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Instrumentation Design

Steam Tracing

In this article, we shall learn about the Instrument protection method, steam tracing.

The need for housings, heating, and insulating instruments and impulse lines will depend on the environmental conditions like considering winters in the locality.

To ensure that the instruments remain operable under the most severe conditions, the design should be based on the lowest temperature and highest wind velocity for the coldest month of the year. Where applicable, the use of either steam or electrically heat-traced tubing bundles can simplify installation and reduce future maintenance problems.

In designing a heating system, it is usually necessary to consider instruments in the following four general categories.

Category 1:

Instruments for measuring and controlling process streams that have to pour points below 32°F such as gases, light hydrocarbons, and intermediate distillates.

Although some of these streams, when wet, form hydrates that solidify above 32°F, it is usually sufficient merely to warm such systems to prevent the formation of ice. Therefore, such installations are designated warming services.

Category 2:

Instruments for measuring and controlling streams with elevated pour points, such as pitch, heavy residuals, and process chemicals such as phenol that solidify above 32°F.

In such systems, it is necessary to keep the temperature of the process fluid above its pour point to ensure free flow. Such installations are designated high-pour-point services.

Category 3:

Special instrumentation and piping systems, which often require additional protection for operation and maintenance tailored to the service involved.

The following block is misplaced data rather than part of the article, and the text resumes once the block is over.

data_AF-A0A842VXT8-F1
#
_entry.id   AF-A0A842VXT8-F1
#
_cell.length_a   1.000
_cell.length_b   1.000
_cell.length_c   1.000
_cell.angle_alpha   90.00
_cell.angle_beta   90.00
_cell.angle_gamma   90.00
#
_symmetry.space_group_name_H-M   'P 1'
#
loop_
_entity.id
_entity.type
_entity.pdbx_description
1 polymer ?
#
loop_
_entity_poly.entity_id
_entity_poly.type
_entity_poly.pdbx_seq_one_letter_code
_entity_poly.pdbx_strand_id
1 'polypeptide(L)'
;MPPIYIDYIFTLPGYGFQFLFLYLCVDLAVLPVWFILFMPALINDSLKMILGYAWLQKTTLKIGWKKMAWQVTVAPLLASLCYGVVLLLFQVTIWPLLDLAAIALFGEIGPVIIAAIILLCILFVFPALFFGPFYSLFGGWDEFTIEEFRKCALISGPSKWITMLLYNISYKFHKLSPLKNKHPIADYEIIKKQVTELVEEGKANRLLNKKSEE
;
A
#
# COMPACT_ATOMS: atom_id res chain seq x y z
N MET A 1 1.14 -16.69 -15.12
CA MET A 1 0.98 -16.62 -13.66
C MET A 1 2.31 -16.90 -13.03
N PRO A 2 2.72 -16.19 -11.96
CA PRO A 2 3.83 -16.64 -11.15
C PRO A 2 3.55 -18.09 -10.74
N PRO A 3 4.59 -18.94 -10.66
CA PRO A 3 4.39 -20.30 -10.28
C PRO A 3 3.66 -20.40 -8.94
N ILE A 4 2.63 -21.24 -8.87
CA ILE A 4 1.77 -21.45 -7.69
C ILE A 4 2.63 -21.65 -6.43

Process stream analyzers and their sampling systems are an example.

Category 4:

Instruments with specific temperature limitations, both maximum and minimum, imposed by the manufacturer to ensure accurate and reliable operation.

Steam Tracing

Steam tracing should be used when it is the practical choice for the plant or specific units of the plant and when it is possible for the contents of the pipes, equipment, or instruments to freeze, condense, crystallize, separate or become too viscous to pump under local temperature conditions.

Since steam is normally available in refinery process units, steam heating has the advantage of being readily accessible. Steam supplies high-density heat from condensation and large quantities of heat can be obtained from a single tracer line. On the other hand, steam delivers heat at a temperature that corresponds to the saturated steam pressure in the tracer, a minimum of 212°F (10O°C), which may overheat some instruments or impulse lines unless care is exercised.

Warming services require steam tracing to prevent the formation of ice and hydrates and undesirable gas condensation. The problem, however, is to avoid overheating, which can cause boiling in the instrument and lines or which can cause damage. Danger from overheating can be minimized by “light tracing,” in which direct contact between the hot tracer and the line or instrument is prevented by the use of insulation or spacing.